January 3, 2019
Prairie Warbler male, December in Arizona
Last month an old birding friend from out of state visited us, along with his adult son who had never birded in the West.  We spent three days driving and walking many of the central Arizona winter hotspots which my friend hadn’t done for several years.  It was great fun.  I was reminded what an expert birder my friend is, and I was surprised what a keen eye his son has.  And, since my friend became expert by making copious notes on each new species back when he began birding, we had several interesting identification conversations.

On one of our trips we chanced upon a flock of American Robins foraging in a berry tree.  They were accompanied by several smaller birds flitting about so quickly in the dense growth surrounding the food tree we lingered for fifteen minutes trying to sort them all out—several Ruby-crowned Kinglets, a Cassin’s Vireo, and a possible warbler, noteworthy simply by its presence in mid-December.  Our problem with the bird that was certainly acting like a warbler was that it left the immediate area on three occasions, flew to the top of a nearby pine tree and buried itself amongst the upper branches.

Here’s how the conversation went as we tried to get on this mystery warbler:

Son—“Prairie Warbler.”

Friend—“Um . . . um . . . um . . . damn!”

Me (wielding camera with telephoto lens, binoculars hanging down around my neck)—“Sugar Tax!  I had it in the viewfinder for just a moment there.”

Son—“Well, the face pattern’s all I saw, and it reminded me of Prairie.”

Friend—“I’ve never seen the whole bird all at one time.”

Me (studying back of camera)—“I’ve got a clear shot here in the evergreen showing white wing bars . . . but it’s just the wing bars.  Maybe Townsend’s?”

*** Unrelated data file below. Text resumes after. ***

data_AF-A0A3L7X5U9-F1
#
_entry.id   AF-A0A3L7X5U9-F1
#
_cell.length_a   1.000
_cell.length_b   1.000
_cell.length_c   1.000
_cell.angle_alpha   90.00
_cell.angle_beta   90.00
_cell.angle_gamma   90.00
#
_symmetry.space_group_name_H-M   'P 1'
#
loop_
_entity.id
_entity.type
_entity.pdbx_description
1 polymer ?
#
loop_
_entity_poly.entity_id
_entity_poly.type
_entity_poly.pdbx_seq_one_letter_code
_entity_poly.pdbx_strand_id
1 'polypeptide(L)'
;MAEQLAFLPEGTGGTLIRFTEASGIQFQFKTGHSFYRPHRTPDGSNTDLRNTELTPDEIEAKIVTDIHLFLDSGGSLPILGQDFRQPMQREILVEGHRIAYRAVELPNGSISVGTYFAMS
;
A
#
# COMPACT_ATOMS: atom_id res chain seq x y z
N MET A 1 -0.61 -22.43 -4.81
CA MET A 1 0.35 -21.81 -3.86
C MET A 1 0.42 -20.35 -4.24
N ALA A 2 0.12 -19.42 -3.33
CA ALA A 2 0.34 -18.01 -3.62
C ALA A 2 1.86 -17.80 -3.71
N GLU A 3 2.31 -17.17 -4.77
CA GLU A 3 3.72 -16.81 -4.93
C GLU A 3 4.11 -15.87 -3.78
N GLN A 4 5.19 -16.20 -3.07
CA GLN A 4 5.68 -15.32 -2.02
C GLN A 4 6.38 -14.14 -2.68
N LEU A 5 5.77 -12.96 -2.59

Friend—“Black-throated Green looks like Townsend’s, especially this time of year.”

Son—“Would Prairie even be here?”

Me (shrugging shoulders)—John, if you saw a Prairie, we’ll stop on the way home and you can buy a lottery ticket.”

Friend—“Black-throated Green looks like Townsend’s, especially this time of year.”

Me (pointing camera up into evergreen again)—Pat, Townsend’s is much more common here than Black-throated Green would be.”

Son—“Um . . . um . . . um . . . damn!”

Me (studying back of camera)—“Another clear shot . . . of the undertail coverts."

Friend—“Now where did that little bugger go?”

As you may have guessed, we never saw the bird again.  Nor was there any consensus on its identity.  I have photos, but to call them inconclusive might be an understatement.  My friend concluded this rather typical birding moment by reminding us that photographs often cause more confusion than solution.  Colors can change as light intensity varies.  Key characteristics can pop or be obscured as sight angles change when the bird moves.

I remember thinking, long ago just after I had left the beginner stage of birding, that if I came home from the field having found a good bird, I was a good birder.”  Years later, sometime before I quit listing altogether, I had changed my tune, and my mind set.  By then I remember thinking that if I came home from the field without having found a good bird, I was a good birder.”  When it became apparent we were not going to be able to pin a label on our mystery warbler, my friend just shrugged.  He enjoys the sightings now, no longer feeling the compulsion to label everything.

Here are some facts I gleaned from a little research after my friends’ visit:

*Prairie Warbler is seen and confirmed in Arizona about every five or six years.
*I have seen three Prairie Warblers in Arizona in thirty-five years.
*I have a smashing photo of one from December, 1997.
*Black-throated Green Warbler is seen and confirmed In Arizona every couple years.
*I have never seen a Black-throated Green Warbler in Arizona
*Townsend’s Warbler is common in Arizona in migration, rare but annual in December.

What did my friends and I see that day in December?  Who knows?  Actually, who cares?  What we know for sure is that we thoroughly enjoyed a great day birding together.

Black-throated Green Warbler male, December in Texas

Black-throated Green Warbler male, December in Texas

Townsend's Warbler male, October in Arizona

Townsend's Warbler male, October in Arizona